While hundreds of people were lining up to join the march, dozens of volunteers were handing out signs with the official slogan of the protest: “Science, not Silence”.
In Gainesville, Florida, more than 1,000 people stretched through the city’s streets. At the March for Science in Washington, Hayes said America faces a grave threat in the Trump administration.
That is what drew Erin Chapman to March for Science NYC, to show Trump that “people care about science”.
Trump’s “archaic thinking is going to ruin us all”, Villabon said. Although the processions were focused around nonpartisan issues, politics came to the forefront at numerous events.
“They knew that without the progress of science and useful arts, of engineering, our economy would falter”, Nye said.
Signs that said “Science – It’s inconvenient …”
Meanwhile, in cities around the country including the nation’s capital, the march took a more political turn. “We need to continue educating our politicians and the general public”, said Trevnio. He had a form of brain cancer and has been healthy for eight years. His mother, grandmother and brother traveled with him from Parkersburg, West Virginia.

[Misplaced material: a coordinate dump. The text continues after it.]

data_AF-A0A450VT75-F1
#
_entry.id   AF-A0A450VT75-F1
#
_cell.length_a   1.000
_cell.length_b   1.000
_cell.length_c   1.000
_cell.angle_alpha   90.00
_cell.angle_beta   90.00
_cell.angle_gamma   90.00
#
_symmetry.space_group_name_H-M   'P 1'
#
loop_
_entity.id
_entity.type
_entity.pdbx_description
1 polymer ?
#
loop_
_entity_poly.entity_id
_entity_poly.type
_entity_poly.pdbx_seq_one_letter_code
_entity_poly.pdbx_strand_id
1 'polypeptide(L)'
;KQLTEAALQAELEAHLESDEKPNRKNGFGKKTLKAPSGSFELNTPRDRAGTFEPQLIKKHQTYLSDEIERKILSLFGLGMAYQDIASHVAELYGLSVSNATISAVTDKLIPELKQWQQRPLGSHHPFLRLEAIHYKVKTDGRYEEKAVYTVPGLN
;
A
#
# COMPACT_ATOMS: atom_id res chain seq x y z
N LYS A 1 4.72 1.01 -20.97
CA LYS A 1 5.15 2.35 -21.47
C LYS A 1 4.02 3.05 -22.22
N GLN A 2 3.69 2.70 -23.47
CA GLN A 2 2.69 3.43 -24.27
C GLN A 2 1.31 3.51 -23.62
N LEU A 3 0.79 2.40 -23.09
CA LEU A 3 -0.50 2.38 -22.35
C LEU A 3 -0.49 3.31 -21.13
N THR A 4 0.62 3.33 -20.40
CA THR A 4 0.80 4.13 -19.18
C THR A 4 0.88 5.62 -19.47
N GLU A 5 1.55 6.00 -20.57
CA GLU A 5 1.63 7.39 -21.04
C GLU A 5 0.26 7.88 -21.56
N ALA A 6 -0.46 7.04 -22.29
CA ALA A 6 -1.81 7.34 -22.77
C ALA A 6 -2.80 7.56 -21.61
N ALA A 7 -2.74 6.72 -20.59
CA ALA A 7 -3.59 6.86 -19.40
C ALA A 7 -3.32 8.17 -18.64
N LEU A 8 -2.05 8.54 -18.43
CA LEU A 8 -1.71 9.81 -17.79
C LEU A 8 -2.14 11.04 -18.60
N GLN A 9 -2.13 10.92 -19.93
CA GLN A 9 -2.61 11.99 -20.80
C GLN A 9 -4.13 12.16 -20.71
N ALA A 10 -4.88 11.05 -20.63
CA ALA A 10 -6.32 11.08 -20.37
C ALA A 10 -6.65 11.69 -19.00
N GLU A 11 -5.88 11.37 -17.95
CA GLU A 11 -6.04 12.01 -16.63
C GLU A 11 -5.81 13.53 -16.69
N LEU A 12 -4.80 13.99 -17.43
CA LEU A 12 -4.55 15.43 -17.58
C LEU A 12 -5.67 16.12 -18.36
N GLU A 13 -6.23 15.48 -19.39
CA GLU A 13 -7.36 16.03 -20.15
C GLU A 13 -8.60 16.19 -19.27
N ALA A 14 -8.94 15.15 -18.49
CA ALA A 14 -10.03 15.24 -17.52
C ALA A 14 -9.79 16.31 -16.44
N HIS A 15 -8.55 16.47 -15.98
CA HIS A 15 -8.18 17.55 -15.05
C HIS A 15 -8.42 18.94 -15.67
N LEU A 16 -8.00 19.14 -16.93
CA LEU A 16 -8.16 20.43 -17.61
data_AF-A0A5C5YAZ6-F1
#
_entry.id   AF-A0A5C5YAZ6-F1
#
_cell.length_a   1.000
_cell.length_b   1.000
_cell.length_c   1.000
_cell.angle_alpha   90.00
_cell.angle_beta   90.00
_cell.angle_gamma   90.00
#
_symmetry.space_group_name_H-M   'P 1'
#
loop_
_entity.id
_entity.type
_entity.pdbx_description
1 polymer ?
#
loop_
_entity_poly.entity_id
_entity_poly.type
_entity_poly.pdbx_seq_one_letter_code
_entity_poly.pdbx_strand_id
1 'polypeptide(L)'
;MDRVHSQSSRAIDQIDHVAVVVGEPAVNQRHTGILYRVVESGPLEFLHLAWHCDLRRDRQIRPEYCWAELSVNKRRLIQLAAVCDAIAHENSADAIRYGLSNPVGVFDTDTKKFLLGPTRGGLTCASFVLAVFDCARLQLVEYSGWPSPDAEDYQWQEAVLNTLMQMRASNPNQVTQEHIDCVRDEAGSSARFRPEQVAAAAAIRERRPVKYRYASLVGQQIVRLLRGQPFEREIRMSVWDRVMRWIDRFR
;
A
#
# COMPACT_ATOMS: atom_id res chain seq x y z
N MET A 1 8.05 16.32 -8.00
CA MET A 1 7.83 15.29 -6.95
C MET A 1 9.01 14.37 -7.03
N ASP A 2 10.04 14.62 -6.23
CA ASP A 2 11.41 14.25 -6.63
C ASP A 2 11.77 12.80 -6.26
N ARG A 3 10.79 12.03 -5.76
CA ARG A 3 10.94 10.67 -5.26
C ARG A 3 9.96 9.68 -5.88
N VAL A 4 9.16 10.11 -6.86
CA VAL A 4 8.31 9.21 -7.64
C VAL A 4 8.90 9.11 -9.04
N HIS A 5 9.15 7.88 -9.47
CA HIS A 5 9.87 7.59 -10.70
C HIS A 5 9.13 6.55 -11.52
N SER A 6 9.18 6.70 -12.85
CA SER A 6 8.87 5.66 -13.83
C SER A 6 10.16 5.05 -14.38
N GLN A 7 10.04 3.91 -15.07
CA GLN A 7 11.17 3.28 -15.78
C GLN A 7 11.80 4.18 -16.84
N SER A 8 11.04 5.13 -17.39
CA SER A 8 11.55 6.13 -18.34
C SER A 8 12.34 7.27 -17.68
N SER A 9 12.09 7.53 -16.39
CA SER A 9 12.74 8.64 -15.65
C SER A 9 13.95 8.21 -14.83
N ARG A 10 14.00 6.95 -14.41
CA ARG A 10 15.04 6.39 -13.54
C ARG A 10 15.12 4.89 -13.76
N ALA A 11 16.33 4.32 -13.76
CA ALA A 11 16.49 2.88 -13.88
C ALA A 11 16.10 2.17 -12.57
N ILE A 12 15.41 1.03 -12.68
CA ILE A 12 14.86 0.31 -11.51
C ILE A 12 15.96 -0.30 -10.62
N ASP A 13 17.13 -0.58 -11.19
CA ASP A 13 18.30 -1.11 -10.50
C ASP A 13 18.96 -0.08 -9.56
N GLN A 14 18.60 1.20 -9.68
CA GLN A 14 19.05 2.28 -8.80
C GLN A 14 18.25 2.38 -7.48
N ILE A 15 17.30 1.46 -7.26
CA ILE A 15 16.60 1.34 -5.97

“But what the administration can do is not diminish the funding for important departments like the [Environmental Protection Agency (EPA)], [National Institute of Health] funding, any sort of science -based funding”, Gaines says.
The marchers say they will keep marching until science is prioritized, funded, and embraced by both political parties.
“Support for evidence-based science is a powerful force”, March for Science satellite organizer Kishore Hari said in a statement Friday. Judy Twigg, a public health professor at Virginia Commonwealth University, was aiming one of her signs at the president. If you are noticing better signs, then I would love to see them. San Francisco Supervisor Jeff Sheehy, who lives with HIV, spoke saying science and medical research saved his life. And that’s why, following on the success of January’s Women’s March, the March for Science took place on Saturday in 518 cities around the world and in all 50 states. “It’s not about the current administration”.
“Science has been under attack for a few years now”, said Dr. Evalyn Gates, the CEO of Cleveland’s Museum of Natural History.
Foote said participants included a teacher, the father of a burgeoning scientist and students studying biology.
There are also concerns that Brexit will result in an exodus of talent and funding from United Kingdom research establishments. The march hoped to bring awareness to the danger that could come from cutting budgets for science programs and research.